Seeing yourself as a Wikipedian: Michael Dabrowski

By on September 2, 2021

Seeing yourself as a Wikipedian: Michael Dabrowski

By on September 2, 2021

Seeing yourself as a Wikipedian: Michael Dabrowski

Michael Dabrowski
Image courtesy Michael Dabrowski, all rights reserved.

Michael Dabrowski is a Spanish educator who has been incorporating Wikipedia in his classrooms. His many other titles include Academic Coordinator of Spanish at Athabasca University and a Spanish Sessional Instructor at the University of Calgary, former president of the Canadian Network for Innovation in Education (CNIE-RCIE), project lead of the Spanish Open Educational Resource (OER) Initiative, and a doctoral student in the Ed.D. program at Athabasca University specializing in online education using OER. 

Recently, Wiki Education partnered up with the Global OER Graduate Network (GO-GN) to host an OER Wiki Scholars course to improve the coverage of OER topics on Wikipedia. Dabrowski heard about this as a member of GO-GN and knew seizing this opportunity would help others learn more about the OER movement. 

Because of Wikipedia’s boundless array of information and resources about its internal workings, it can be difficult for an individual to learn the ins and outs. With the Wiki Scholars course, however, Dabrowski became prepared to contribute information about open pedagogy to the encyclopedia.

“A well structured course that steps you through the aspects of the Wiki world really helped me not get overwhelmed by the complexity and empowered me to see myself as a Wikipedian rather than just a Wikipedia user,” says Dabrowski.

Dabrowski appreciates Wikipedia’s commitment to public knowledge and how the community strives for language inclusivity. 

“I felt the potential for global reach of my words and the ability to improve something, even one word at a time. Often we feel like the world is spinning around us and we have no sense of agency. Wikipedia gives us all a voice in shaping global knowledge,” says Dabrowski. “It feels good to be able to synchronize versions across multiple languages ensuring that one language does not have a great article while others only have stubs. I guess this is the equivalent of linguistic democratization of knowledge.” 

Dabrowski believes that awareness is key when informing his colleagues about the significant impact Wikipedia serves. The Wiki Scholars courses can teach other professionals how to edit Wikipedia, thus breaking the chain of associating Wikipedia with “untrustworthy” information. 

“There are very few times in our lives when we are fully empowered to make something better when we see it is inadequate,” says Dabrowski. “If every academic took a term or two and poured all of their research and knowledge into it, Wikipedia would be full of excellent, up-to-date articles. I think academics are a particularly well suited group to court in the future to enhance Wikipedia and its impact on global knowledge.”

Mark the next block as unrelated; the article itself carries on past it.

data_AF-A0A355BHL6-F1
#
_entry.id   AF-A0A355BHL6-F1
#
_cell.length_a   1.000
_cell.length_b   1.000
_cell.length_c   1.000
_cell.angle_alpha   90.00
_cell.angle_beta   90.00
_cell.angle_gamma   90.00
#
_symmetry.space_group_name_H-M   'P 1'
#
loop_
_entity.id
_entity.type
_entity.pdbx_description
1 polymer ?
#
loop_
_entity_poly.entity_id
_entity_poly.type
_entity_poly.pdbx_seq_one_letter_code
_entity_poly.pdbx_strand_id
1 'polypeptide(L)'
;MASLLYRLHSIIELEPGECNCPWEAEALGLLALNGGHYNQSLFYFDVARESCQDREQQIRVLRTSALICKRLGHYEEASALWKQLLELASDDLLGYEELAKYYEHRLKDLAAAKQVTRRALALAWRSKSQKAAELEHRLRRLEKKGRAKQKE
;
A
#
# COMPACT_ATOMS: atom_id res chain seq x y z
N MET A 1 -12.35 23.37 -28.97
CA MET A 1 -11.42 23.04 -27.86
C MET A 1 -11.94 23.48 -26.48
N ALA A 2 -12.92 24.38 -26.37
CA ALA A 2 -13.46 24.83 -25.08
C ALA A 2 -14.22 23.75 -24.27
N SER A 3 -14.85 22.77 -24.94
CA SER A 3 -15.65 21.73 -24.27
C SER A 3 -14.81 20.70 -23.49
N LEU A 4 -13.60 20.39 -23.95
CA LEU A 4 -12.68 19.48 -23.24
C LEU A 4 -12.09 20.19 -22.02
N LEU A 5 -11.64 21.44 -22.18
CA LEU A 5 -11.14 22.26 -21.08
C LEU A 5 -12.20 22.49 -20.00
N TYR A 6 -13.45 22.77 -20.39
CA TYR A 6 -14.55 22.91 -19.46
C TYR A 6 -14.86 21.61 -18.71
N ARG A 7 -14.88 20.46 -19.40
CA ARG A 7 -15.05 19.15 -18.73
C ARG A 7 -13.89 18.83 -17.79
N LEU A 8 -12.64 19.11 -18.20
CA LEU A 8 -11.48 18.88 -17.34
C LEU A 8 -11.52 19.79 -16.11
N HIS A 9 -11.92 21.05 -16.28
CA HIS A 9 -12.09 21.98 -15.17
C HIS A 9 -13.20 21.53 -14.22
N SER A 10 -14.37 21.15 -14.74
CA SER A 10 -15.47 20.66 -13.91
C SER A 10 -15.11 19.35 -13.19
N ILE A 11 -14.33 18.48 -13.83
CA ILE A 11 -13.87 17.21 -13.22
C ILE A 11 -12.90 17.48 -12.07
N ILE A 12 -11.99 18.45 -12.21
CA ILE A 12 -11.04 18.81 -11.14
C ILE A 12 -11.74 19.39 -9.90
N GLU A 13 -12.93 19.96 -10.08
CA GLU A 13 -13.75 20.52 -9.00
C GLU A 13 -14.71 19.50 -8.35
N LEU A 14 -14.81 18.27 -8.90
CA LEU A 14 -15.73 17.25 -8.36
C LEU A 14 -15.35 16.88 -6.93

Throughout the course, Dabrowski delved into genuine conversations with other Wiki Scholar participants, allowing him to learn many new diverse perspectives.

“The discussions with peers from all around the world that I interact with fairly regularly really helped dig into Wikipedia itself,” says Dabrowski. “I would imagine that having a very diverse group would make it tough to create synergies between contributors and would provide less benefit to the learners. Our discussions were passionate and we were all on the same page and could scaffold each others’ knowledge. It was a very empowering experience.”

As for the future of Wikipedia, Dabrowski strongly advocates that “truth” should not be favored on a hierarchical basis but rather be a collective of multiple perspectives.

“I am a strong believer in objective facts, so perspectives benefit from creating an encyclopedia of human knowledge by making sure that we are not looking at the truth through only one lens that has a bias, something we all tend to do individually,” says Dabrowski. “I think the real issue is to have representative editorship from all the diverse communities. I fear that this will take a lot of time and work as the inequities between the richest and poorest in this world are growing.”

Knowing how contributions on Wikipedia work, Dabrowski plans on continuing to incorporate aspects of Wikipedia into his classrooms such as assigning students to edit certain articles, which he can do as a part of Wiki Education’s Wikipedia Student Program.

Dabrowski believes that the existing strong correlation between open educational resources and Wikipedia make his own contributions a notable “down payment for the future,” he says.

To take a course similar to Michael’s about how to edit Wikipedia or Wikidata, please visit learn.wikiedu.org. Image credit: ParsonsPhotographyNL, CC BY-SA 4.0, via Wikimedia Commons

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